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FROM THE VAULT: Hope in combating Alzheimer's (2011)

FROM THE VAULT: Hope in combating Alzheimer's (2011)

This story originally appeared in the Winter 2011 edition of Healthy Life Magazine.

A Dose of Hope for Combating Alzheimer's

By Christopher Coyne

Vitamin B12, or Cobalamin, is the most complex vitamin known to man. We're all born with an adequate supply of B12, but the amount stored in our systems can decrease over the years. If we don't sufficiently replenish Vitamin B12 it can result in many health problems, and a long-term deficiency can cause damage to our brains.

It would appear that this is the case with many sufferers of Alzheimer's disease; and multiple studies conducted over the past several years show that increasing B12 in older adults diminishes their chance of being at risk for Alzheimer's . The research is still in its early stages, and it is by no means a proven cure for the disease, but the evidence is encouraging, and the studies continue to find positive results for patients receiving B12 supplements.

An amino acid called homocysteine has been linked to an increased risk of Alzheimer's disease, memory loss and stroke. Researchers have already found that high levels of vitamin B12 in the blood help reduce the levels of homocysteine--and that was the impetus for at least one Alzheimer's study. A study in Finland found that an increase in B12 levels for non-Alzheimer's test patients resulted in a lower risk of getting the disease, while an increase of homocysteine levels increased their risk considerably.

There is certainly not a universal consensus within the medical community that increasing B12 is the definitive answer to combating Alzheimer's, but there are doctors all around the world championing the cause. A physician in Arizona hypothesizes that most cases of Alzheimer's dementia are actually missed cases of vitamin B12 deficiency.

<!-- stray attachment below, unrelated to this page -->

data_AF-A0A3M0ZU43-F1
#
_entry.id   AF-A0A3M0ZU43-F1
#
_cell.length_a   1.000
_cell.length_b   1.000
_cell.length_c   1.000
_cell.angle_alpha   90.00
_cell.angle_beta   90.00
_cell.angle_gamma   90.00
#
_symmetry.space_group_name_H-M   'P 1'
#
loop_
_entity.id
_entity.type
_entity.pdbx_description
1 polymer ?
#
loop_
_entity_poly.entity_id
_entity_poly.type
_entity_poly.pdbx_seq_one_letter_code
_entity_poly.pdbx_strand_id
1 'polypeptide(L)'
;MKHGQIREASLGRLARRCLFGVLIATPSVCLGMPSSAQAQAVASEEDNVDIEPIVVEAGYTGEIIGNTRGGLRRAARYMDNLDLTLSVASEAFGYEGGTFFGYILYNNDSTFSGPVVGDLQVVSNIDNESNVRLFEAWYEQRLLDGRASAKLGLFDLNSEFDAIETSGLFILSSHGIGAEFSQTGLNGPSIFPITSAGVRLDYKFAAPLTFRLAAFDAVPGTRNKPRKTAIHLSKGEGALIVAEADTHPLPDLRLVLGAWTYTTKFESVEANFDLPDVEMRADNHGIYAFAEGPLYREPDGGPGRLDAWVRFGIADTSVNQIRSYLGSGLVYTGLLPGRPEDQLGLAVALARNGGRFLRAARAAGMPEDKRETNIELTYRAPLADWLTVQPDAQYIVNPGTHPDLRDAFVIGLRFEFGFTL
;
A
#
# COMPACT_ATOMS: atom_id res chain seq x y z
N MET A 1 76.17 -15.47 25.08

Whether or not long-term vitamin B12 deficiency is one of the true root causes of Alzheimer's disease; there is little harm in supplementing our B12 supply. Our body will use what it needs, store reserve B12 and discard any excess it doesn't need. We can get B12 naturally from food such as clams, oysters. liver, fish, beef, lamb and even cheese--or we may choose to use B12 injections or over-the-counter supplements.

Talk to your physician first before deciding on the method that's best for you. It seems almost too simple that something as minor--and treatable--as a vitamin deficiency could be a cause of a tragic disease that has affected so many lives, but any dose of hope in the fight against Alzheimer's should be celebrated.